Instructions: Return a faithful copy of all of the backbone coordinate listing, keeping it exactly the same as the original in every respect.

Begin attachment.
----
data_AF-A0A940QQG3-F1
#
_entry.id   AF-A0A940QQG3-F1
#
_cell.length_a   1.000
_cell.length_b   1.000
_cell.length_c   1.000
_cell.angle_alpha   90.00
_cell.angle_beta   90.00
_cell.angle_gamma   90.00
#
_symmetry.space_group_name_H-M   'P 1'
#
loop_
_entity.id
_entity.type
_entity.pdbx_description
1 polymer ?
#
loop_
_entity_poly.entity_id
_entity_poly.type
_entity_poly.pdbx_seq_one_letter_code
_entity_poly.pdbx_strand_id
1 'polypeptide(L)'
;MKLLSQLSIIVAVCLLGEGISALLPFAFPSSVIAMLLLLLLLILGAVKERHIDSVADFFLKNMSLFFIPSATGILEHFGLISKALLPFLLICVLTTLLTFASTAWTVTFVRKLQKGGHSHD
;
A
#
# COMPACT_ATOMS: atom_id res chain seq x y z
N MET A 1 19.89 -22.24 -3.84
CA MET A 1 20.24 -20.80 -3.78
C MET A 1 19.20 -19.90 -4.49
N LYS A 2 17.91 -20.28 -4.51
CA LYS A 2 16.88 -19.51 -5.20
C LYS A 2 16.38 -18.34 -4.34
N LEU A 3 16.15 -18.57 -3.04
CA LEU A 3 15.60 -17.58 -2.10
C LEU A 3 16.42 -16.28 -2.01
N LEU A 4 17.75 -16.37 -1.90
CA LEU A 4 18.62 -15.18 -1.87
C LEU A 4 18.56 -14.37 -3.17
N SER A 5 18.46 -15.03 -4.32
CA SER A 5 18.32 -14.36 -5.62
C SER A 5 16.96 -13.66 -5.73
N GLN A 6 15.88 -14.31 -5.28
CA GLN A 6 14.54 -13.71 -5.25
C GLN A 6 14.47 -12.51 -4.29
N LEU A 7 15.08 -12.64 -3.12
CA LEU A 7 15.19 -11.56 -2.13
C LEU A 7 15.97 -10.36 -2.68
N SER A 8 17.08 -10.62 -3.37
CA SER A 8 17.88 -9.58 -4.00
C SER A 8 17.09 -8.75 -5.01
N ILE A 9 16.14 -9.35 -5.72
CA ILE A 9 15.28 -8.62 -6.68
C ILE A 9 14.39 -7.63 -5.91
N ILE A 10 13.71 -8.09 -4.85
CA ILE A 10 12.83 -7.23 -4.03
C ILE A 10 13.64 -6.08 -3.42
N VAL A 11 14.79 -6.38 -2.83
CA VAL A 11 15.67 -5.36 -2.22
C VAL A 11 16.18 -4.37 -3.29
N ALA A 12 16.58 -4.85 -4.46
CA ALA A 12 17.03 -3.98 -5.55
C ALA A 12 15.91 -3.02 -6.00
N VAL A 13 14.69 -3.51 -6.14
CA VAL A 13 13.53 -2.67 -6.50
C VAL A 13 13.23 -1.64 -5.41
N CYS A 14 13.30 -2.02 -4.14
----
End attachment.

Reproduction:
data_AF-A0A940QQG3-F1
#
_entry.id   AF-A0A940QQG3-F1
#
_cell.length_a   1.000
_cell.length_b   1.000
_cell.length_c   1.000
_cell.angle_alpha   90.00
_cell.angle_beta   90.00
_cell.angle_gamma   90.00
#
_symmetry.space_group_name_H-M   'P 1'
#
loop_
_entity.id
_entity.type
_entity.pdbx_description
1 polymer ?
#
loop_
_entity_poly.entity_id
_entity_poly.type
_entity_poly.pdbx_seq_one_letter_code
_entity_poly.pdbx_strand_id
1 'polypeptide(L)'
;MKLLSQLSIIVAVCLLGEGISALLPFAFPSSVIAMLLLLLLLILGAVKERHIDSVADFFLKNMSLFFIPSATGILEHFGLISKALLPFLLICVLTTLLTFASTAWTVTFVRKLQKGGHSHD
;
A
#
# COMPACT_ATOMS: atom_id res chain seq x y z
N MET A 1 19.89 -22.24 -3.84
CA MET A 1 20.24 -20.80 -3.78
C MET A 1 19.20 -19.90 -4.49
N LYS A 2 17.91 -20.28 -4.51
CA LYS A 2 16.88 -19.51 -5.20
C LYS A 2 16.38 -18.34 -4.34
N LEU A 3 16.15 -18.57 -3.04
CA LEU A 3 15.60 -17.58 -2.10
C LEU A 3 16.42 -16.28 -2.01
N LEU A 4 17.75 -16.37 -1.90
CA LEU A 4 18.62 -15.18 -1.87
C LEU A 4 18.56 -14.37 -3.17
N SER A 5 18.46 -15.03 -4.32
CA SER A 5 18.32 -14.36 -5.62
C SER A 5 16.96 -13.66 -5.73
N GLN A 6 15.88 -14.31 -5.28
CA GLN A 6 14.54 -13.71 -5.25
C GLN A 6 14.47 -12.51 -4.29
N LEU A 7 15.08 -12.64 -3.12
CA LEU A 7 15.19 -11.56 -2.13
C LEU A 7 15.97 -10.36 -2.68
N SER A 8 17.08 -10.62 -3.37
CA SER A 8 17.88 -9.58 -4.00
C SER A 8 17.09 -8.75 -5.01
N ILE A 9 16.14 -9.35 -5.72
CA ILE A 9 15.28 -8.62 -6.68
C ILE A 9 14.39 -7.63 -5.91
N ILE A 10 13.71 -8.09 -4.85
CA ILE A 10 12.83 -7.23 -4.03
C ILE A 10 13.64 -6.08 -3.42
N VAL A 11 14.79 -6.38 -2.83
CA VAL A 11 15.67 -5.36 -2.22
C VAL A 11 16.18 -4.37 -3.29
N ALA A 12 16.58 -4.85 -4.46
CA ALA A 12 17.03 -3.98 -5.55
C ALA A 12 15.91 -3.02 -6.00
N VAL A 13 14.69 -3.51 -6.14
CA VAL A 13 13.53 -2.67 -6.50
C VAL A 13 13.23 -1.64 -5.41
N CYS A 14 13.30 -2.02 -4.14